Today I’m excited to be a part of the blog blitz for the new book by Tana Collins, part of her Inspector Jim Carruther series. It’s the first time I’ve read anything from this series and I SO enjoyed it! Read on to find out what I thought…
Title: Dark is the Day
Author: Tana Collins
Series: Inspector Jim Carruthers #4
Publisher: Bloodhound Books
DI Jim Carruthers has to put his personal feelings for newly- appointed DCI Sandra McTavish aside when a young student is brutally attacked and left for dead.
Meanwhile, when a university lecturer is stalked by one of her own students, Carruthers is horrified to discover that the academic is none other than his ex-wife, Mairi. Are the attacker and stalker one and the same, and if so, will Carruthers’ ex-wife be next?
When a second then a third victim is discovered, not only dead but mutilated, Carruthers and his team are tasked with searching for a murderer. A murderer who takes great pleasure from killing.
What is the victims’ connection to a cult in North America, which seems to be getting a stranglehold in a Scottish university? Why have these women been targeted? And who is doing the killing?
It looks like there might be a serial killer on the loose in Castletown but can DI Jim Carruthers stop this depraved murderer before they strike again?
Dark is the Day is the first novel I’ve read from the Inspector Jim Carruthers series, but it certainly won’t be my last. It’s a brilliantly crafted, punchy and enjoyable novel which focuses on the investigation into the attack on a young woman, and its possible links to other similar attacks in the Scottish town of Castleford.
Dark is the Day tells the story mostly from the perspective of Detective Carruthers, but also from some other members of the team and people involved in the story. It’s one of those stories where the plot makes for addictive reading, as it has elements of ‘whodunnit’, police procedures, the personal lives of some of the police and an eerie atmosphere at times, particularly when following some of the victims as the tension builds and you’re not sure what might happen to them.
The plot is gritty (without being overly gory for people who prefer their crime novels a little less bloody) and I really liked Jim and (most of) his team. I was rooting for them to solve the case as they navigated some red herrings, suspicious characters and a very rude senior member of staff. I really liked Carruther’s sidekick, Fletcher, and would happily have read more about her too.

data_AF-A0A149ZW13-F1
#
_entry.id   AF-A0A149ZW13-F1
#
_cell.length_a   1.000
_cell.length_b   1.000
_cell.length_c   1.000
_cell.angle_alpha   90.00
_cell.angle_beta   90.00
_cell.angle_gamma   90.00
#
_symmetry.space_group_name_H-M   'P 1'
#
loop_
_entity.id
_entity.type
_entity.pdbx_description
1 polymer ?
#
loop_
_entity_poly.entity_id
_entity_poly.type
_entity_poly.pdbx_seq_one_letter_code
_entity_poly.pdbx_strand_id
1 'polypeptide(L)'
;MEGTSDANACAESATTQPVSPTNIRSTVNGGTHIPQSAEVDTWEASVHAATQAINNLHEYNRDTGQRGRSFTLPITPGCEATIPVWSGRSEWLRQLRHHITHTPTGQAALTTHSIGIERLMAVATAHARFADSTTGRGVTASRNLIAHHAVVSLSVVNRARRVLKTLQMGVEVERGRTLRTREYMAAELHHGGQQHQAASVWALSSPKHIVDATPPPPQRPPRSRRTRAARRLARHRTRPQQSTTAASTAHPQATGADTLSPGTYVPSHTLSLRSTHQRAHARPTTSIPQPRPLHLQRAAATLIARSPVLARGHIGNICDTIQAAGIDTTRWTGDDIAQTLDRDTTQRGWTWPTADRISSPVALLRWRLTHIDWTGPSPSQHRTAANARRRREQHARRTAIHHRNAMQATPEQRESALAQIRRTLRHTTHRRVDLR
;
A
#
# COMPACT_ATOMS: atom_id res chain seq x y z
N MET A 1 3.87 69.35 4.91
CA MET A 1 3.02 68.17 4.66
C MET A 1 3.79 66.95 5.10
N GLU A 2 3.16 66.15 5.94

I’d really recommend this book for fans of well-written crime/ detective novels, and I am excited to read more from this series too.
Many thanks to Bloodhound Books for providing a copy of this novel on which I chose to write an honest and unbiased review.
[Read an Extract from ‘Dark is the Day’]
The phone on Carruthers’ desk rang. Brown’s voice was on the line. Carruthers pictured the overweight DC with the comb over. ‘Jim, we’ve just taken a phone call. Don’t know how to tell you this–’
‘Spit it out. What’s with the suspense?’ He absentmindedly picked up his empty
polystyrene cup, felt its weight and knowing it was empty flung it in to the bin.
‘The caller. It was your ex-wife. The thing is she says she’s being followed. I told her we’d get someone out straight away.’
Carruthers’ keen blue eyes widened. ‘Who’s been sent?’
‘She’s asking for DS Fletcher and Andie’s still doing the reconstruction. Shall I say you’ll go instead? That’ll be an interesting meet-up.’
Instead of getting angry, which he often did rather well, Carruthers tried to think about his ex-wife in a detached manner. Although there were times he’d like to shake or punch Willie Brown and Dougie Harris, come to that, Carruthers had learned his lesson the hard way. In his first big case in Fife he’d punched his nemesis, Superintendent Alistair McGhee when McGhee had bated him about his ex. Utterly stupid. Carruthers had brought his demotion from DCI on himself. He could see that now. Carruthers stood up and grabbed his coat wondering how she’d feel about seeing him again. ‘Okay, where is she?’
‘Inside The Pilgrims Arms, here in Castletown.’
Carruthers hung up and left his desk. As he passed Brown who was still holding the
receiver, presumably about to make another call, the older man said, ‘Have you seen her since your break up, your ex-wife?’ Carruthers remained silent, knowing that by the time he returned to his desk after his meet-up it would be all over the station that his ex-wife had been on the phone.
Carruthers took the short drive from the outskirts of Castletown to the centre of town. As luck would have it, he found a parking space opposite the pub, cut the engine, jumped out and strode over to The Pilgrims Arms. A couple of students were coming out and Carruthers held the door open for them. He walked in to the gloom letting his eyes adjust before searching for his wife.
He spotted Mairi sitting at a round table by herself near the window. His heart did a somersault. She looked absorbed, staring in to the contents of a glass of colourless liquid. He wondered if she still drank slimline tonic. He fought to keep down all the feelings that were threatening to spill over – anger, hurt, confusion and concern. She looked good. Smart and professional. She had her slender legs crossed and her dark hair was shoulder length and loose, longer than he remembered it. How should he play this? He had no idea. There was nothing in the police manual about how to greet your ex-wife.
She saw him, looked puzzled but recovered and then smiled as she stood up. He was too far away to see if her smile was genuine. He walked across closing the gap between them and for a moment it was as if they were still together and just meeting in the pub for a drink. He felt a knife tear in to his heart and a loneliness wash over him. Pity it hadn’t worked out with Jodie Pettigrew, John Mackie’s assistant, he thought. If it had, he probably wouldn’t be feeling like this.